Marijuana and Hemp Bills Introduced in the Colorado Legislature in 2019

Colorado has led the country in marijuana legislation since 2012.
Colorado has led the country in marijuana legislation since 2012. Lindsey Bartlett
We have just one week left of Colorado's 2019 legislative session, and pot proposals have been creating plenty of buzz at the State Capitol.

While bills to provide medical marijuana patients with firearms rights and altered-state DUI laws regarding marijuana use are as good as dead, measures that allow pot delivery and set up social consumption licenses are still alive and kicking.

And with a vocal supporter of legal marijuana in Governor Jared Polis, pot advocates and business owners expect to see many of these bills signed into law.

Here's a breakdown of the fifteen marijuana and hemp proposals introduced so far (the summaries come from the text of the bills themselves), as well as their status:

HB 1028: Medical Marijuana Condition Autism

Prime sponsors: Representative Edie Hooton (D-District 10), Representative Kim Ransom (R-District 44), Senator Don Coram (R-District 6), Senator Stephen Fenberg (D-District 18)

 The bill adds autism spectrum disorders to the list of disabling medical conditions that authorize a person to use medical marijuana for his or her condition. Under current law, a child under 18 years of age who wants to be added to the medical marijuana registry for a disabling medical condition must be diagnosed as having a disabling medical condition by 2 physicians, one of whom must be a board-certified pediatrician, a board-certified family physician, or a board-certified child and adolescent psychiatrist who attests that he or she is part of the patient's primary care provider team. The bill removes the additional requirements on specific physicians to align with the constitutional provisions for a debilitating medical condition. The bill states if the recommending physician is not the patient's primary care physician, the recommending physician shall review the records of a diagnosing physician or a licensed mental health provider acting within its scope of practice.

The bill encourages the state board of health, when awarding marijuana study grants, to prioritize grants to gather objective scientific research regarding the efficacy and the safety of administering medical marijuana for pediatric conditions, including but not limited to autism spectrum disorder.

Status: Amended version passed General Assembly; signed into law April 2.

HB 1031: Child Patient More Than One Primary Caregiver

Prime sponsors: Representative Matt Gray (D-District 33)

Summary: Under current law, a medical marijuana patient is limited to having one primary caregiver at a time. The bill makes an exception for a patient who is under 18 years of age and allows each parent or guardian to serve as a primary caregiver.

Status: Amended version passed General Assembly April 22; awaiting governor's signature.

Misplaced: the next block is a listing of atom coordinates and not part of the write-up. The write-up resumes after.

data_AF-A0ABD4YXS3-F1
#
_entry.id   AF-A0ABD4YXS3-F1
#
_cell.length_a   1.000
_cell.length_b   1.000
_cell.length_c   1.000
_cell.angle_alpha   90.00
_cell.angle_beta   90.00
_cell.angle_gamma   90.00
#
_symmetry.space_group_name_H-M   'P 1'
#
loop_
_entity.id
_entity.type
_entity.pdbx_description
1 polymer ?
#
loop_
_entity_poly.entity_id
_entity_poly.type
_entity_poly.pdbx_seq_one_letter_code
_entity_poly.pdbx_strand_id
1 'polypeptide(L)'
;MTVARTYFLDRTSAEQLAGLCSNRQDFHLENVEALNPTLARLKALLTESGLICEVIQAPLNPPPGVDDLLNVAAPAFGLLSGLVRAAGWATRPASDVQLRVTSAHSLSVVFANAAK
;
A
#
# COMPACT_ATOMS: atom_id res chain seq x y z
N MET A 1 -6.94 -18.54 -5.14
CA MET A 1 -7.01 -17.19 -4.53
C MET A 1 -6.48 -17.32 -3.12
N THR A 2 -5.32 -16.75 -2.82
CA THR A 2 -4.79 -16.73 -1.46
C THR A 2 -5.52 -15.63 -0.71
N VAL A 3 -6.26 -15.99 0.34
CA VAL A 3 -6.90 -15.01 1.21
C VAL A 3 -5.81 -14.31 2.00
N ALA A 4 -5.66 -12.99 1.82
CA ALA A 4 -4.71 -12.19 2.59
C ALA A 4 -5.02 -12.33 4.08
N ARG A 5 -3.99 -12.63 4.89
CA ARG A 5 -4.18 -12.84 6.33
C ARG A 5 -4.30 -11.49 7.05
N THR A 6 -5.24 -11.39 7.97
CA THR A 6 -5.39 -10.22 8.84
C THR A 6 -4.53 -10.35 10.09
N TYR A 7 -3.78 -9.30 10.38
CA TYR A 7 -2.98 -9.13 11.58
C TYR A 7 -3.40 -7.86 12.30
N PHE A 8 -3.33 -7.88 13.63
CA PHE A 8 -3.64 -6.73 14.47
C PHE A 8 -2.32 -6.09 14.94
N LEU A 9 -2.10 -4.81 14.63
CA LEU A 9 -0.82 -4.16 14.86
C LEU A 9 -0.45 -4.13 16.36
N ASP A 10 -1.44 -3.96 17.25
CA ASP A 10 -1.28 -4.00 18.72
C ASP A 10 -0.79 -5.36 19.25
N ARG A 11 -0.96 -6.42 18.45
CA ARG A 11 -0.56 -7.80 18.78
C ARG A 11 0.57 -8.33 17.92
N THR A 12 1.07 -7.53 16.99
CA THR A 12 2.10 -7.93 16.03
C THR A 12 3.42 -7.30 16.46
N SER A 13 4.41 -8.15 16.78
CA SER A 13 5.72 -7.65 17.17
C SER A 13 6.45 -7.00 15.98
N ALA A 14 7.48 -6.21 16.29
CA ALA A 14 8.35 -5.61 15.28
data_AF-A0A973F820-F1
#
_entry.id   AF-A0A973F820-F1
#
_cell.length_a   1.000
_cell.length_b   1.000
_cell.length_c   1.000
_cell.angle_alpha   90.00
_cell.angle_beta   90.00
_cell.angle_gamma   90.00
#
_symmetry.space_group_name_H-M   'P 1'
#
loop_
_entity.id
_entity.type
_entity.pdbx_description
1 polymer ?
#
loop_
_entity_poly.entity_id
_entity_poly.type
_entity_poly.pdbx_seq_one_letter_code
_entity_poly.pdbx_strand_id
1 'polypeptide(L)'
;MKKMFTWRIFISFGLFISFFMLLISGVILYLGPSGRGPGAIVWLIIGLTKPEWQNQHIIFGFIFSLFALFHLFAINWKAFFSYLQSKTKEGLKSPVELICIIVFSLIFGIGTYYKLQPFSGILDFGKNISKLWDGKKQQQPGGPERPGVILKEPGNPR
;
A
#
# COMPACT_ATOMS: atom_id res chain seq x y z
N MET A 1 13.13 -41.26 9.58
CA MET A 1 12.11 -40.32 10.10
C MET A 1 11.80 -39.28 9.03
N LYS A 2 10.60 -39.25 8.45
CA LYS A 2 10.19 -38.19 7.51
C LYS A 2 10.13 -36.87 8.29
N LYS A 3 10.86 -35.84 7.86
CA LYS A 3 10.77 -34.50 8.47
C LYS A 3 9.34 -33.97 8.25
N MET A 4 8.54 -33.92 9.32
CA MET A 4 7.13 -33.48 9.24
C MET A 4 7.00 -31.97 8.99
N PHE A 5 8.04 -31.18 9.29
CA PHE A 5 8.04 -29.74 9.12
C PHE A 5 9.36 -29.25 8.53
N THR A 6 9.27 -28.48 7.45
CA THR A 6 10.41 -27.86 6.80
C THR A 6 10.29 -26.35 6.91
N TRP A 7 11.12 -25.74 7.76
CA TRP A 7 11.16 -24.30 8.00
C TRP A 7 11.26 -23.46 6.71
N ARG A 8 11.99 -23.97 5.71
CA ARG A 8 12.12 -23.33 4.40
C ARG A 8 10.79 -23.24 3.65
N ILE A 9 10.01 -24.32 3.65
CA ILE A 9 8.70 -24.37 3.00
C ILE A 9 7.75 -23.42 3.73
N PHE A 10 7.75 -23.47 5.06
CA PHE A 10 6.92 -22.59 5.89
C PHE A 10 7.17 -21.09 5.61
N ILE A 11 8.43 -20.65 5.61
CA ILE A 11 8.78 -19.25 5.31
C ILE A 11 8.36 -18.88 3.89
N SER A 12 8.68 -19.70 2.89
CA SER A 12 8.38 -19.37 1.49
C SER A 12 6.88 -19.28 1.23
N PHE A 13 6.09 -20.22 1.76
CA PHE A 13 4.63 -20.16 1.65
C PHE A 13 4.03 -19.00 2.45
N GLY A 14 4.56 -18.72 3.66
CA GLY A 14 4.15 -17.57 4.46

HB 1055: Public School Cap Construction Financial Assistance

Prime Sponsors:
Representative Shannon Bird (D-District 35), Senator Rachel Zenzinger (D-District 19)

Summary: Current law requires the greater of the first $40 million of state retail marijuana excise tax revenue or 90% of the revenue to be credited to the public school capital construction assistance fund (assistance fund) and limits the maximum total amount of annual lease payments payable by the state under the terms of all outstanding lease-purchase agreements entered into as authorized by the "Building Excellent Schools Today Act" (BEST) to $100 million. Beginning July 1, 2019, the bill:
  • Requires all state retail marijuana excise tax revenue to be credited to the assistance fund;
  • Increases the maximum total amount of BEST annual lease payments to $105 million for state fiscal year 2019-20 and to $110 million for state fiscal year 2020-21 and each state fiscal year thereafter;
  • Changes the percentage of the state retail marijuana excise tax revenue credited to the assistance fund that is further credited to the charter school facilities assistance account of the assistance fund for distribution to charter schools from 12.5% to a percentage equal to the percentage of students included in the statewide funded pupil count who were enrolled in charter schools for the prior school year; and
  • Changes the total amount of money annually appropriated from the state education fund for charter school capital construction from a flat amount of $20 million per year to $20 million per year annually adjusted for changes in the percentage of students included in the statewide funded pupil count who are enrolled in charter schools.
Status: Amended version passed General Assembly April 27; awaiting governor's signature.
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Thomas Mitchell has written about all things cannabis for Westword since 2014, covering sports, real estate and general news along the way for publications such as the Arizona Republic, Inman and Fox Sports. He's currently the cannabis editor for
Contact: Thomas Mitchell